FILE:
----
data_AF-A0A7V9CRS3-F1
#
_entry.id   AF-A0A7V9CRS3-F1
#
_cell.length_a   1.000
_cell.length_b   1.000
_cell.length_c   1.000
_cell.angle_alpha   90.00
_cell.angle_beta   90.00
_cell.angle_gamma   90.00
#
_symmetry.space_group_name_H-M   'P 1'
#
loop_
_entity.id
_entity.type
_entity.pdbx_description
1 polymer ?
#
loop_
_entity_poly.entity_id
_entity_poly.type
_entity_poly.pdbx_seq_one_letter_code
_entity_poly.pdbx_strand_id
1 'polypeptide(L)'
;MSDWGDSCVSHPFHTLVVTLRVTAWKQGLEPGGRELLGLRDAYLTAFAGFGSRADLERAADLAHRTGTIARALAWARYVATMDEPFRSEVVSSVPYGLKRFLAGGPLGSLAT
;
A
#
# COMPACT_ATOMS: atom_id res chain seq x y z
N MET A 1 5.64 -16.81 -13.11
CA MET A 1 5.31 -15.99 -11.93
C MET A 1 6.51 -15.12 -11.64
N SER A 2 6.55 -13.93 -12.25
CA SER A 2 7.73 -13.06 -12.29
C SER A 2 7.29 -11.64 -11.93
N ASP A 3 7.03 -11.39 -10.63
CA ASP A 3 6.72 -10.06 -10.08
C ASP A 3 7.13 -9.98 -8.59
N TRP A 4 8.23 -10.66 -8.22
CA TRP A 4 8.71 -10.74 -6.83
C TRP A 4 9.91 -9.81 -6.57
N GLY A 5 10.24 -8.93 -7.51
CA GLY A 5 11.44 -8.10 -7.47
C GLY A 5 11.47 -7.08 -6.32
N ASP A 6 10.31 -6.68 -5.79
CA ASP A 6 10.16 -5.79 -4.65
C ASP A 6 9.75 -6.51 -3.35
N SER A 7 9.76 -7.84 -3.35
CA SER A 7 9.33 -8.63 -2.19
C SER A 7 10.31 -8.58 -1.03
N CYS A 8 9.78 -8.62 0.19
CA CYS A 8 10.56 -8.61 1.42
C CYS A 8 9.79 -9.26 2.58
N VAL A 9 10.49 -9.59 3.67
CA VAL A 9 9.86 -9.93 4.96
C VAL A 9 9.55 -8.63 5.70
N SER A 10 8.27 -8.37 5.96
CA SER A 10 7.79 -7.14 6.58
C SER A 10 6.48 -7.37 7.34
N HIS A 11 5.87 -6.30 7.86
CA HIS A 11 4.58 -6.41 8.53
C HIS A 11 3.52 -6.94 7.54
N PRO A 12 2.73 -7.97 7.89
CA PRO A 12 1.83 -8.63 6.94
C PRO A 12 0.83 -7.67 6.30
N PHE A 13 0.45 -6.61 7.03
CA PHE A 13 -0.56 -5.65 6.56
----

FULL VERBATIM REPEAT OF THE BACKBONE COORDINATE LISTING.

data_AF-A0A7V9CRS3-F1
#
_entry.id   AF-A0A7V9CRS3-F1
#
_cell.length_a   1.000
_cell.length_b   1.000
_cell.length_c   1.000
_cell.angle_alpha   90.00
_cell.angle_beta   90.00
_cell.angle_gamma   90.00
#
_symmetry.space_group_name_H-M   'P 1'
#
loop_
_entity.id
_entity.type
_entity.pdbx_description
1 polymer ?
#
loop_
_entity_poly.entity_id
_entity_poly.type
_entity_poly.pdbx_seq_one_letter_code
_entity_poly.pdbx_strand_id
1 'polypeptide(L)'
;MSDWGDSCVSHPFHTLVVTLRVTAWKQGLEPGGRELLGLRDAYLTAFAGFGSRADLERAADLAHRTGTIARALAWARYVATMDEPFRSEVVSSVPYGLKRFLAGGPLGSLAT
;
A
#
# COMPACT_ATOMS: atom_id res chain seq x y z
N MET A 1 5.64 -16.81 -13.11
CA MET A 1 5.31 -15.99 -11.93
C MET A 1 6.51 -15.12 -11.64
N SER A 2 6.55 -13.93 -12.25
CA SER A 2 7.73 -13.06 -12.29
C SER A 2 7.29 -11.64 -11.93
N ASP A 3 7.03 -11.39 -10.63
CA ASP A 3 6.72 -10.06 -10.08
C ASP A 3 7.13 -9.98 -8.59
N TRP A 4 8.23 -10.66 -8.22
CA TRP A 4 8.71 -10.74 -6.83
C TRP A 4 9.91 -9.81 -6.57
N GLY A 5 10.24 -8.93 -7.51
CA GLY A 5 11.44 -8.10 -7.47
C GLY A 5 11.47 -7.08 -6.32
N ASP A 6 10.31 -6.68 -5.79
CA ASP A 6 10.16 -5.79 -4.65
C ASP A 6 9.75 -6.51 -3.35
N SER A 7 9.76 -7.84 -3.35
CA SER A 7 9.33 -8.63 -2.19
C SER A 7 10.31 -8.58 -1.03
N CYS A 8 9.78 -8.62 0.19
CA CYS A 8 10.56 -8.61 1.42
C CYS A 8 9.79 -9.26 2.58
N VAL A 9 10.49 -9.59 3.67
CA VAL A 9 9.86 -9.93 4.96
C VAL A 9 9.55 -8.63 5.70
N SER A 10 8.27 -8.37 5.96
CA SER A 10 7.79 -7.14 6.58
C SER A 10 6.48 -7.37 7.34
N HIS A 11 5.87 -6.30 7.86
CA HIS A 11 4.58 -6.41 8.53
C HIS A 11 3.52 -6.94 7.54
N PRO A 12 2.73 -7.97 7.89
CA PRO A 12 1.83 -8.63 6.94
C PRO A 12 0.83 -7.67 6.30
N PHE A 13 0.45 -6.61 7.03
CA PHE A 13 -0.56 -5.65 6.56